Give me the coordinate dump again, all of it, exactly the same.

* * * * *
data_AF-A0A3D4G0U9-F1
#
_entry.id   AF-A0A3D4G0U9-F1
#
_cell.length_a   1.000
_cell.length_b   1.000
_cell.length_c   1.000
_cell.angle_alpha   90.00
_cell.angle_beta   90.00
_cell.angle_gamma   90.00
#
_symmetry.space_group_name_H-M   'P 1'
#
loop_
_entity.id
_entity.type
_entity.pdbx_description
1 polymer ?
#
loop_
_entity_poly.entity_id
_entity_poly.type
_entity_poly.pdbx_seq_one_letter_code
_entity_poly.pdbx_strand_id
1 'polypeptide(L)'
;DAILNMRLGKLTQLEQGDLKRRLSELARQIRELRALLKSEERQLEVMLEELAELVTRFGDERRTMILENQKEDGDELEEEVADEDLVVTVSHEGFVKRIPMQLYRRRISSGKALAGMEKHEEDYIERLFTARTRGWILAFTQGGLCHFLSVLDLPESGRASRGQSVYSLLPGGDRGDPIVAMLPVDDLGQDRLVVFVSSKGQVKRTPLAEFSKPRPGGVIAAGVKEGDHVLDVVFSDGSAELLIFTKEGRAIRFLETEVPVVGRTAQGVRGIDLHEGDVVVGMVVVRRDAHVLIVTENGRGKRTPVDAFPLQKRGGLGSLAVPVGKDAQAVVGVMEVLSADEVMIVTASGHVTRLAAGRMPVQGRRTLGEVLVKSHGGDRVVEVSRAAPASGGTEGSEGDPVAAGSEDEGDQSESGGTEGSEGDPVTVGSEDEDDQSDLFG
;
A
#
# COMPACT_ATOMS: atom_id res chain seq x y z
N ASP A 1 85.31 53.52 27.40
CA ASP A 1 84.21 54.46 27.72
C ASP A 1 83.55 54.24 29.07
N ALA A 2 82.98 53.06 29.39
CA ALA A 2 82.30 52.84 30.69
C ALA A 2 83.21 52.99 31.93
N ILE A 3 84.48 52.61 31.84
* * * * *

data_AF-A0A3D4G0U9-F1
#
_entry.id   AF-A0A3D4G0U9-F1
#
_cell.length_a   1.000
_cell.length_b   1.000
_cell.length_c   1.000
_cell.angle_alpha   90.00
_cell.angle_beta   90.00
_cell.angle_gamma   90.00
#
_symmetry.space_group_name_H-M   'P 1'
#
loop_
_entity.id
_entity.type
_entity.pdbx_description
1 polymer ?
#
loop_
_entity_poly.entity_id
_entity_poly.type
_entity_poly.pdbx_seq_one_letter_code
_entity_poly.pdbx_strand_id
1 'polypeptide(L)'
;DAILNMRLGKLTQLEQGDLKRRLSELARQIRELRALLKSEERQLEVMLEELAELVTRFGDERRTMILENQKEDGDELEEEVADEDLVVTVSHEGFVKRIPMQLYRRRISSGKALAGMEKHEEDYIERLFTARTRGWILAFTQGGLCHFLSVLDLPESGRASRGQSVYSLLPGGDRGDPIVAMLPVDDLGQDRLVVFVSSKGQVKRTPLAEFSKPRPGGVIAAGVKEGDHVLDVVFSDGSAELLIFTKEGRAIRFLETEVPVVGRTAQGVRGIDLHEGDVVVGMVVVRRDAHVLIVTENGRGKRTPVDAFPLQKRGGLGSLAVPVGKDAQAVVGVMEVLSADEVMIVTASGHVTRLAAGRMPVQGRRTLGEVLVKSHGGDRVVEVSRAAPASGGTEGSEGDPVAAGSEDEGDQSESGGTEGSEGDPVTVGSEDEDDQSDLFG
;
A
#
# COMPACT_ATOMS: atom_id res chain seq x y z
N ASP A 1 85.31 53.52 27.40
CA ASP A 1 84.21 54.46 27.72
C ASP A 1 83.55 54.24 29.07
N ALA A 2 82.98 53.06 29.39
CA ALA A 2 82.30 52.84 30.69
C ALA A 2 83.21 52.99 31.93
N ILE A 3 84.48 52.61 31.84